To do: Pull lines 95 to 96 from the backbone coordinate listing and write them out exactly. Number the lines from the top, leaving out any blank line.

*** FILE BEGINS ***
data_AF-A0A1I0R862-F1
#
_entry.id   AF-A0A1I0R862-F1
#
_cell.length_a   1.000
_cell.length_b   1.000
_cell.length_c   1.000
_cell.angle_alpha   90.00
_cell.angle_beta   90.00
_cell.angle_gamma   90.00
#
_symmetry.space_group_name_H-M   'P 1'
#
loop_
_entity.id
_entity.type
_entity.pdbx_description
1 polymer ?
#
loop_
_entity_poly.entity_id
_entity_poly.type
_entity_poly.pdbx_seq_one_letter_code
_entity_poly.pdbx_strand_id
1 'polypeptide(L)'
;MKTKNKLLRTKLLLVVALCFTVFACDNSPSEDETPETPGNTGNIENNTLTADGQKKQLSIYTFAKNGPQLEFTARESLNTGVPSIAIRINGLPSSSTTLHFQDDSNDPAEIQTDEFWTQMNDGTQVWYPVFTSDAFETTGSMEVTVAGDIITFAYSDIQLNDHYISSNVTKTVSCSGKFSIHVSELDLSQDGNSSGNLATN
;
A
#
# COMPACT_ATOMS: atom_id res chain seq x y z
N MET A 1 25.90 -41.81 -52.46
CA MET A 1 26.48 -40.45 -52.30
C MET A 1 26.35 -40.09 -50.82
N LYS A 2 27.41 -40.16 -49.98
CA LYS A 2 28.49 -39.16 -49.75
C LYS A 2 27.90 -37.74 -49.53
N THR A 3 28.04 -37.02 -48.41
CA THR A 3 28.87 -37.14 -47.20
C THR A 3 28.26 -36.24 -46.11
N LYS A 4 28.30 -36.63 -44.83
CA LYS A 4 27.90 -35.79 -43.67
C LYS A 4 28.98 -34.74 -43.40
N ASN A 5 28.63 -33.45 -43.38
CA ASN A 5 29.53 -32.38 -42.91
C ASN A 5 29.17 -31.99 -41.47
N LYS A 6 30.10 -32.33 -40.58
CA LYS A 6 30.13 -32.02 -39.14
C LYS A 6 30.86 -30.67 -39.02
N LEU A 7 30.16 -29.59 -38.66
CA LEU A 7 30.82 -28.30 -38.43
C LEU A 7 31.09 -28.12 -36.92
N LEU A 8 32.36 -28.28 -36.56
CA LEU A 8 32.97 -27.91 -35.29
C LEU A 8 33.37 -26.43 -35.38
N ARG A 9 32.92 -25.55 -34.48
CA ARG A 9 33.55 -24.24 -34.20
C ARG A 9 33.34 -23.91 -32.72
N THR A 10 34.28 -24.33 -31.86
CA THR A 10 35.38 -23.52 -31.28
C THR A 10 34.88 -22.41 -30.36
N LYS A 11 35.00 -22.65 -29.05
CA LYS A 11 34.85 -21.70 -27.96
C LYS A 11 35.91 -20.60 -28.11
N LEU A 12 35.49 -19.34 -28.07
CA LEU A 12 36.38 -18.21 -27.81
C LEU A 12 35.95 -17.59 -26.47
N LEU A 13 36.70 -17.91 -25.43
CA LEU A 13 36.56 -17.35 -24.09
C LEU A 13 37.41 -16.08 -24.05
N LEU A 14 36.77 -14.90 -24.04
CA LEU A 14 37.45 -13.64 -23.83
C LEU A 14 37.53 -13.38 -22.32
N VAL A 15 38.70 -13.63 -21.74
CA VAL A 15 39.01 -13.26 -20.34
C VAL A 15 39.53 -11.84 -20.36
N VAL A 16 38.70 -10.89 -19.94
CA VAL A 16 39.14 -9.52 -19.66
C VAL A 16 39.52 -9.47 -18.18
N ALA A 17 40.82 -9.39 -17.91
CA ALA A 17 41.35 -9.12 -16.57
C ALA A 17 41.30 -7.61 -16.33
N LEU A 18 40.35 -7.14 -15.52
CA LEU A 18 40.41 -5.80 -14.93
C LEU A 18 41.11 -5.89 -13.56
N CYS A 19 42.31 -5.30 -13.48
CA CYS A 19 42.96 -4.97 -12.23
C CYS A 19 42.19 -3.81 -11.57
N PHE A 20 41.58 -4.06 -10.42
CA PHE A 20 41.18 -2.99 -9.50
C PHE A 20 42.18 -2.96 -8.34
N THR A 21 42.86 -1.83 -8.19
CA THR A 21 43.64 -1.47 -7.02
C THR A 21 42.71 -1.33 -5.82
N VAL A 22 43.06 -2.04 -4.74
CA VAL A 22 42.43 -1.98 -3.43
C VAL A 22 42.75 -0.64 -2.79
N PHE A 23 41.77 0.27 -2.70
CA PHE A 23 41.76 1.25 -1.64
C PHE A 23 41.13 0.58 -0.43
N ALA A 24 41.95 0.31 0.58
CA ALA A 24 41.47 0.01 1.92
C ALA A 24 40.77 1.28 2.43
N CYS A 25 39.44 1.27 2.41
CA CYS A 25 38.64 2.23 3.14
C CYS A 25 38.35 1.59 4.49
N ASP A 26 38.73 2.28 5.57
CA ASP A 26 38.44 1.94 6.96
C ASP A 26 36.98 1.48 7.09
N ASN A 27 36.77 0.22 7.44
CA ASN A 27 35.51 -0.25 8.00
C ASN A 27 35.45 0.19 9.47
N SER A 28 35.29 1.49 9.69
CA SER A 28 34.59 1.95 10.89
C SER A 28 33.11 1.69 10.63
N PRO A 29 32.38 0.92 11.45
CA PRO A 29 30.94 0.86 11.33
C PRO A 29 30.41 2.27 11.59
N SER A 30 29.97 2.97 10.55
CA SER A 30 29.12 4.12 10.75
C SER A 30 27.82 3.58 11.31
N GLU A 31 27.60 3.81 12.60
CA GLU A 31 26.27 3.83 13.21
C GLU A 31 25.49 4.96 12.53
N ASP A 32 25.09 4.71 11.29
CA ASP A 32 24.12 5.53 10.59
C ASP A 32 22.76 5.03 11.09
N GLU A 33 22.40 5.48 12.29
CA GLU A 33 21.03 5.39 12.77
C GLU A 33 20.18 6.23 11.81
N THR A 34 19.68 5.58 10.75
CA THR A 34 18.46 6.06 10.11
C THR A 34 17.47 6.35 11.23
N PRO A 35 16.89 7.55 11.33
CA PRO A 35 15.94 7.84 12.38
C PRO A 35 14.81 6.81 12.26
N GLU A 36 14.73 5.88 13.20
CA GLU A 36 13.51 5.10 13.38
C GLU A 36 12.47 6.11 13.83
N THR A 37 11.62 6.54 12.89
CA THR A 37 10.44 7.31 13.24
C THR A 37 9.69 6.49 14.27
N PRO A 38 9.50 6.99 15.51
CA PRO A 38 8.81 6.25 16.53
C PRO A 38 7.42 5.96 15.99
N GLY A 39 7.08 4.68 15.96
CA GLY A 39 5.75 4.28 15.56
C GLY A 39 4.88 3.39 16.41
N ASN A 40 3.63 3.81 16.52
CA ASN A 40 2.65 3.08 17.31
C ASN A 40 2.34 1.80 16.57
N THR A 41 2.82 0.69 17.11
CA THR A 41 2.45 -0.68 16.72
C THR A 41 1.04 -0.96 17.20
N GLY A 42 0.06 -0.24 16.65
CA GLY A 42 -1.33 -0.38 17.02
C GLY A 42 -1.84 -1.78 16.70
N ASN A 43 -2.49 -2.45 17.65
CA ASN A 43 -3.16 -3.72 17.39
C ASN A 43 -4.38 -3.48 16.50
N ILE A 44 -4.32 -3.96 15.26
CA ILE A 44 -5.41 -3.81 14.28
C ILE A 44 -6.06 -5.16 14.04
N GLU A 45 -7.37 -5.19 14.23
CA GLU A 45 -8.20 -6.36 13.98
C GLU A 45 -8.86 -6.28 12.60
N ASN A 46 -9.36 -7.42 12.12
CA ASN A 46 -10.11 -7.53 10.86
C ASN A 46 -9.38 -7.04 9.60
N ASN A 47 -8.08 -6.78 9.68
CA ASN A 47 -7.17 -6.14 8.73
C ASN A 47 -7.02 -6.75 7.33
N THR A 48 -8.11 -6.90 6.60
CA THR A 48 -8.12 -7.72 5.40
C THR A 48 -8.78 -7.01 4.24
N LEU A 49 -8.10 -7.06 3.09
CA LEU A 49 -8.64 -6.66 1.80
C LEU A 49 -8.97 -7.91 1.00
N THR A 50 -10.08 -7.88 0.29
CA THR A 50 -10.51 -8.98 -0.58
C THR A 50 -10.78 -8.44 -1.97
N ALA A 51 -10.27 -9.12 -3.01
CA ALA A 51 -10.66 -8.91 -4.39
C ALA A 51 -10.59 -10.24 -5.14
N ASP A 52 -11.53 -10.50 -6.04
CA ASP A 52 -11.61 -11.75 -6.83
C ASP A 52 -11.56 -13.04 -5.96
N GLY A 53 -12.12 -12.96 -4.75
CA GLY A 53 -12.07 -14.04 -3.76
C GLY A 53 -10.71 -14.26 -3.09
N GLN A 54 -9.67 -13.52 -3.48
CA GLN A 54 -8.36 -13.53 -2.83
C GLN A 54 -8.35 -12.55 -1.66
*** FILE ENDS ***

CA VAL A 22 42.43 -1.98 -3.43
C VAL A 22 42.75 -0.64 -2.79